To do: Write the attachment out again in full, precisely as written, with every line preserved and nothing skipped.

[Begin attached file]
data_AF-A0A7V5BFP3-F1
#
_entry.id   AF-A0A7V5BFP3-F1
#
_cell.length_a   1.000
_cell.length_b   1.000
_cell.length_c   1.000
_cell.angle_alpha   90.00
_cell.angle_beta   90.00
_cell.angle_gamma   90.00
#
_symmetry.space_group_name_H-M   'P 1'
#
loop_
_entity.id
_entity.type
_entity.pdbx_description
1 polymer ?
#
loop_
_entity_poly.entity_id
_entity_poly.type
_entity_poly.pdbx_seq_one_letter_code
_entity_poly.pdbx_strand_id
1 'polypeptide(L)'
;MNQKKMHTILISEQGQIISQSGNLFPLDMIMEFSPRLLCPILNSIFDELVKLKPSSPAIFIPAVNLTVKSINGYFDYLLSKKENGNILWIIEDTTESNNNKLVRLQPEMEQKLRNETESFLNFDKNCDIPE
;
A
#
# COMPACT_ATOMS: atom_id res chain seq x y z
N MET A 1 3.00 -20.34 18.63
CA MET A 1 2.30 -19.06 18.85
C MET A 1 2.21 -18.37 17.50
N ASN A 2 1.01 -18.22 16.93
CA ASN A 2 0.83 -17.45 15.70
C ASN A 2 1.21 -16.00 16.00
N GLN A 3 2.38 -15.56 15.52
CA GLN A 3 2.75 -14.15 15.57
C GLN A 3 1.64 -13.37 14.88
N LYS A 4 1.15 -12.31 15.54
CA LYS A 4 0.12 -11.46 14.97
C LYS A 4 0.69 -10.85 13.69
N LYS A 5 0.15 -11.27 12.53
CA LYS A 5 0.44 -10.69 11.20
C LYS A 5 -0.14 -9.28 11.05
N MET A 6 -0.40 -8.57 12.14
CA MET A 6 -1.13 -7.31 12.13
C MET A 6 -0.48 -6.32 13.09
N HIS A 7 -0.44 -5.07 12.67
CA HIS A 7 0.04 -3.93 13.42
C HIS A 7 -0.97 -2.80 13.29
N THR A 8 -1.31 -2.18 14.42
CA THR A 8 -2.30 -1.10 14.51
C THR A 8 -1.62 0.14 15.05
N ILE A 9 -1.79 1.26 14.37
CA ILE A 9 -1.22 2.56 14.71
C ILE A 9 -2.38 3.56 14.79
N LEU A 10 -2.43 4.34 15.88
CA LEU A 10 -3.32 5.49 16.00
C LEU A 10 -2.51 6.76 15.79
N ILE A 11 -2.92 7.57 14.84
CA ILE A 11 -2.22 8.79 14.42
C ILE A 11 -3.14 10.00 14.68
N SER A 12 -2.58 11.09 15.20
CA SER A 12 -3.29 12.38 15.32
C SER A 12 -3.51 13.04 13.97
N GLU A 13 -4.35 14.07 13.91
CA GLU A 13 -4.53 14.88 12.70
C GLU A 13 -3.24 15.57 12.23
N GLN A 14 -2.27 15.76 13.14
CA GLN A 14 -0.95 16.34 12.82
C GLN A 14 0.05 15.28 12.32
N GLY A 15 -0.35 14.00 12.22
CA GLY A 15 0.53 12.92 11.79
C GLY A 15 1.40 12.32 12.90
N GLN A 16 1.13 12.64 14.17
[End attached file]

data_AF-A0A7V5BFP3-F1
#
_entry.id   AF-A0A7V5BFP3-F1
#
_cell.length_a   1.000
_cell.length_b   1.000
_cell.length_c   1.000
_cell.angle_alpha   90.00
_cell.angle_beta   90.00
_cell.angle_gamma   90.00
#
_symmetry.space_group_name_H-M   'P 1'
#
loop_
_entity.id
_entity.type
_entity.pdbx_description
1 polymer ?
#
loop_
_entity_poly.entity_id
_entity_poly.type
_entity_poly.pdbx_seq_one_letter_code
_entity_poly.pdbx_strand_id
1 'polypeptide(L)'
;MNQKKMHTILISEQGQIISQSGNLFPLDMIMEFSPRLLCPILNSIFDELVKLKPSSPAIFIPAVNLTVKSINGYFDYLLSKKENGNILWIIEDTTESNNNKLVRLQPEMEQKLRNETESFLNFDKNCDIPE
;
A
#
# COMPACT_ATOMS: atom_id res chain seq x y z
N MET A 1 3.00 -20.34 18.63
CA MET A 1 2.30 -19.06 18.85
C MET A 1 2.21 -18.37 17.50
N ASN A 2 1.01 -18.22 16.93
CA ASN A 2 0.83 -17.45 15.70
C ASN A 2 1.21 -16.00 16.00
N GLN A 3 2.38 -15.56 15.52
CA GLN A 3 2.75 -14.15 15.57
C GLN A 3 1.64 -13.37 14.88
N LYS A 4 1.15 -12.31 15.54
CA LYS A 4 0.12 -11.46 14.97
C LYS A 4 0.69 -10.85 13.69
N LYS A 5 0.15 -11.27 12.53
CA LYS A 5 0.44 -10.69 11.20
C LYS A 5 -0.14 -9.28 11.05
N MET A 6 -0.40 -8.57 12.14
CA MET A 6 -1.13 -7.31 12.13
C MET A 6 -0.48 -6.32 13.09
N HIS A 7 -0.44 -5.07 12.67
CA HIS A 7 0.04 -3.93 13.42
C HIS A 7 -0.97 -2.80 13.29
N THR A 8 -1.31 -2.18 14.42
CA THR A 8 -2.30 -1.10 14.51
C THR A 8 -1.62 0.14 15.05
N ILE A 9 -1.79 1.26 14.37
CA ILE A 9 -1.22 2.56 14.71
C ILE A 9 -2.38 3.56 14.79
N LEU A 10 -2.43 4.34 15.88
CA LEU A 10 -3.32 5.49 16.00
C LEU A 10 -2.51 6.76 15.79
N ILE A 11 -2.92 7.57 14.84
CA ILE A 11 -2.22 8.79 14.42
C ILE A 11 -3.14 10.00 14.68
N SER A 12 -2.58 11.09 15.20
CA SER A 12 -3.29 12.38 15.32
C SER A 12 -3.51 13.04 13.97
N GLU A 13 -4.35 14.07 13.91
CA GLU A 13 -4.53 14.88 12.70
C GLU A 13 -3.24 15.57 12.23
N GLN A 14 -2.27 15.76 13.14
CA GLN A 14 -0.95 16.34 12.82
C GLN A 14 0.05 15.28 12.32
N GLY A 15 -0.35 14.00 12.22
CA GLY A 15 0.53 12.92 11.79
C GLY A 15 1.40 12.32 12.90
N GLN A 16 1.13 12.64 14.17